Annemiek Schilder, Associate Professor, Small Fruit Pathology, Dept. Plant Pathology; 105 Center for Integrated Plant Systems, Michigan State Univ., East Lansing, MI 48824. Tel. 517-355- 0483; Fax: 517-353-5598; Email: [email protected]
- Matthew Grieshop, Assistant Professor, Organic Pest Management, Department of Entomology, 205 Center for Integrated Plant Systems, Michigan State Univ., East Lansing, MI 48824. Tel. 517- 432-8034; Fax: 517-353-5598; Email: [email protected]
- John Biernbaum, Professor, Floriculture/Organic and Sustainable Agric., Department of Horticulture, A440c Plant & Soil Sci. Bldg., Michigan State Univ., East Lansing, MI 48824. Tel. 517-355-5191 x1419; Fax: 517-355-0249; Email: [email protected]
- Eric Hanson, Professor and Extension Specialist, Department of Horticulture, A338 Plant & Soil Sci. Bldg., Michigan State Univ., East Lansing, MI 48824. Tel. 517-355-5191 x1386; Fax: 517-353- 0890, Email: [email protected]
- Laura Avila Miles, MS Student, Department of Plant, Soil and Microbial Sciences
- Brooke Comer, PhD Student, Department of Horticulture
- Donald Comer, Research Assistant, Department of Plant, Soil and Microbial Sciences
- Gayathri Kotamraju, MS Student, Department of Plant, Soil and Microbial Sciences
Introduction and justification
Watery fermented extracts (teas) of compost are commonly applied to plants and soil to increase plant or soil health, provide nutrients and to protect plants from diseases or herbivorous insects. Compost tea is a microbe- and nutrient-rich tool for organic crop production that can be easily prepared by a grower on-farm from locally available materials. Using local composts and ingredients would reduce production costs as well as the carbon footprint of organic farming. Since pest management is more challenging in organic agriculture due to limited control options, compost teas may have utility, particularly as a maintenance measure to prevent diseases from ever taking hold. However, high variability in disease control is observed with different substrates and brewing methods and control may not be commercially acceptable. There is conflicting information on which ingredients and methods are most suitable to obtain compost teas with disease suppressive properties. While there are many purported claims of the benefits of compost teas, few science-based recommendations are available for organic growers who prepare their own compost teas. Therefore this proposal aims to aid organic growers by determining characteristics of compost teas that make them more useful and reliable for disease and insect pest management. The specific objectives of the project were to:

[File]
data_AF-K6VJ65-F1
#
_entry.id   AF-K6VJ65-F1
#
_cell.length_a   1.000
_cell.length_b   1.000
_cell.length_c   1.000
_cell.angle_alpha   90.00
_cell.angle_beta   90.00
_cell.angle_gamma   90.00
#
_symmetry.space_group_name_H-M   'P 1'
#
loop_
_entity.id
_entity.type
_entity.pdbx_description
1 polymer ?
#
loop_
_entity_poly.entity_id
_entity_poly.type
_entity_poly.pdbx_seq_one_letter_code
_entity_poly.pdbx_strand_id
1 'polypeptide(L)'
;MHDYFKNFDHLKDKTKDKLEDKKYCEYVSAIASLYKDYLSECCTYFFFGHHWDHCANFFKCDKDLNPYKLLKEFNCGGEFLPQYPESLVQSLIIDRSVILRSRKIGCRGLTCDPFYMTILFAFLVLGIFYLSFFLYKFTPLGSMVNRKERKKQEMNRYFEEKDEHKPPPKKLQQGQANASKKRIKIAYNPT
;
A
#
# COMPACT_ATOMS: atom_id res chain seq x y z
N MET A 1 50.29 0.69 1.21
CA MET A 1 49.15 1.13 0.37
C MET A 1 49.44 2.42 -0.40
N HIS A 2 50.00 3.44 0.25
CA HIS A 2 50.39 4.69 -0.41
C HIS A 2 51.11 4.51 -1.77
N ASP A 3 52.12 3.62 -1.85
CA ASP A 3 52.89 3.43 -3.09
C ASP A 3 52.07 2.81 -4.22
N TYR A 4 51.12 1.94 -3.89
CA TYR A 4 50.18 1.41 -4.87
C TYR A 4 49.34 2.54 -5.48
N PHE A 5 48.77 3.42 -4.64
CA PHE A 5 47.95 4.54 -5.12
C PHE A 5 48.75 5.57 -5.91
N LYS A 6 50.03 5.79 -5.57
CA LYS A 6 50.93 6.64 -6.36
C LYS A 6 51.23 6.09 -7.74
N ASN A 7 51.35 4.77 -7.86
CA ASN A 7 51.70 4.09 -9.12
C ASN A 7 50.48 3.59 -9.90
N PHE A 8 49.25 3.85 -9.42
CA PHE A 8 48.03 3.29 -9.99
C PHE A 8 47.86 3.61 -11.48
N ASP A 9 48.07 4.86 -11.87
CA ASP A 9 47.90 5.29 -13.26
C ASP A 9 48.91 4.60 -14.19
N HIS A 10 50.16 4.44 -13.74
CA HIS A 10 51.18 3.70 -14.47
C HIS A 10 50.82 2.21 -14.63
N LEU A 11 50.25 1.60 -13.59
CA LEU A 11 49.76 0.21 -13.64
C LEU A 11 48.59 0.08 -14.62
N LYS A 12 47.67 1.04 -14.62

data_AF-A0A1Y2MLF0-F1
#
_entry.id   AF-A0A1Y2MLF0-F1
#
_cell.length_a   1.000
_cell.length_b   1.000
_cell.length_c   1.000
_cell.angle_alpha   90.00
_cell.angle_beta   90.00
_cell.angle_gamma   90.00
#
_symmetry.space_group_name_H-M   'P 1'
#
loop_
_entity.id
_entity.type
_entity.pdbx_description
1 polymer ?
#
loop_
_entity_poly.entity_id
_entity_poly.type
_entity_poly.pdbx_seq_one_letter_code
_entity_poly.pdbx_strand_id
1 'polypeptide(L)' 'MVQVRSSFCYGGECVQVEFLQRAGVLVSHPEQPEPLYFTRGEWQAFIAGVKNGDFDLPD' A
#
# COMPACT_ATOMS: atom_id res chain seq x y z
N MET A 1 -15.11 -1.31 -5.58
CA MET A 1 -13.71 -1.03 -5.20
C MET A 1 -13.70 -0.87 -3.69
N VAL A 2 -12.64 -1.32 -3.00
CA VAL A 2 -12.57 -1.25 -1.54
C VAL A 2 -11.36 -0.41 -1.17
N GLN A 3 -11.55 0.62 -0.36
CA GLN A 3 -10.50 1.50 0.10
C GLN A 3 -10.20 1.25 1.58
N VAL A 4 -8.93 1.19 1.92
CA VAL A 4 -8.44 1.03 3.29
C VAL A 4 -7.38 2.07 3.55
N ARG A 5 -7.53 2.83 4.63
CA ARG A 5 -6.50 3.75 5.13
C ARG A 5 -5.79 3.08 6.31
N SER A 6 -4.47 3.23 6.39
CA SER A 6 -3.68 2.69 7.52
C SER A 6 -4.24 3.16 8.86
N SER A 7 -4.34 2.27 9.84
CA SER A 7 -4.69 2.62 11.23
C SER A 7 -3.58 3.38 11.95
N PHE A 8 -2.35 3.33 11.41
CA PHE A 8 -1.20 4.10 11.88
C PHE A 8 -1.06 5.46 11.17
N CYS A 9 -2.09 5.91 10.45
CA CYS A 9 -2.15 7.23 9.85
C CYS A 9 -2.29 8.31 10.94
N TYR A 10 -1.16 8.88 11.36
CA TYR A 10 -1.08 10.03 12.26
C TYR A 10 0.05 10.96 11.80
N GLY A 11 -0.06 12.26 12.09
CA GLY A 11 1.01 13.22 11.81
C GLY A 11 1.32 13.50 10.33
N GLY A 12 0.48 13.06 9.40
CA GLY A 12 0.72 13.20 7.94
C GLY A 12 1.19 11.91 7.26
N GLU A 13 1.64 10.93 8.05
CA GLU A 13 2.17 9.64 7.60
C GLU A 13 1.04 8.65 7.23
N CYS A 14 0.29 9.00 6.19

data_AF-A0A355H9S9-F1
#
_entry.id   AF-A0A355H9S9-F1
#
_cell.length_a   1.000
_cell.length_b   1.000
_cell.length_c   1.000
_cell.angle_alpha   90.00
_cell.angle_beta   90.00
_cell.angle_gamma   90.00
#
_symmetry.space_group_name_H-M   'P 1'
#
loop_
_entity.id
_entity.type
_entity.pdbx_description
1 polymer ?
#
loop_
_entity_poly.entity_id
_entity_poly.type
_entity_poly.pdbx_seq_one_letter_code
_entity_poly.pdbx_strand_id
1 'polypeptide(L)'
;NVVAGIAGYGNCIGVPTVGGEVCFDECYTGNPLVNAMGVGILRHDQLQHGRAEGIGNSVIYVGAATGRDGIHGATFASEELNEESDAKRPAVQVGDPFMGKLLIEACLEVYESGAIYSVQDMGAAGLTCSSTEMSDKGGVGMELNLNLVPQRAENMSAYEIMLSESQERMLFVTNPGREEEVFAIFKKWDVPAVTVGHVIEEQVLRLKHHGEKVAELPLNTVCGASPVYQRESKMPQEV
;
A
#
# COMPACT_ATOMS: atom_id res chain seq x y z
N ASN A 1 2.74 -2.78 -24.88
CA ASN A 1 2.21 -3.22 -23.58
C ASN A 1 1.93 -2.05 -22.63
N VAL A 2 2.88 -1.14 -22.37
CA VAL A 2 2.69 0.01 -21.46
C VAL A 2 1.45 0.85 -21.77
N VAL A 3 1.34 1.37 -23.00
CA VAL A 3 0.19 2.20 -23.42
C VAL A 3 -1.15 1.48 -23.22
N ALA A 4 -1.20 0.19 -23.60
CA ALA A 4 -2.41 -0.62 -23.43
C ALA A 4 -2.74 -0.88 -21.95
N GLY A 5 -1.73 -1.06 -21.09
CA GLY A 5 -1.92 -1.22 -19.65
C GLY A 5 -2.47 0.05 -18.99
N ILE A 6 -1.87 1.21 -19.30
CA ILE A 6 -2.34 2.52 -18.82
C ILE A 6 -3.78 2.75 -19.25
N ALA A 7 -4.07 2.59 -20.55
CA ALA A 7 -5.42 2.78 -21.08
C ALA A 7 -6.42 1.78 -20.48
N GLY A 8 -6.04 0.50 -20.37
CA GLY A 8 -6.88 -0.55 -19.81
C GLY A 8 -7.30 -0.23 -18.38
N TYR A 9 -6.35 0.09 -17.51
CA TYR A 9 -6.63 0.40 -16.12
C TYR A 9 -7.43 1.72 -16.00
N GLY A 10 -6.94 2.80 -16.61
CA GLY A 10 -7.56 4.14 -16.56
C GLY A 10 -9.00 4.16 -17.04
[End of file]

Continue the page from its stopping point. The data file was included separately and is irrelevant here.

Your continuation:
- Develop bioassays for evaluating disease and insect pest suppression by compost teas,
- Evaluate grower-produced compost teas to examine variability between batches and/or recipes,
- Evaluate the effects of substrate, brewing method and time, addition of biocontrol agents and adjuvants on disease and insect suppressiveness,
- Examine the mechanism(s) of disease and insect suppression.
The research reported in this grant was conducted from 2011-2016. While the Ceres Trust grant officially ended in 2014, we continued our work with funding from the Michigan State Horticultural Society to answer the original questions in this grant proposal. In light of the limitations of greenhouse bioassays, we decided that field trials were needed to more definitively answer the original questions in this grant proposal.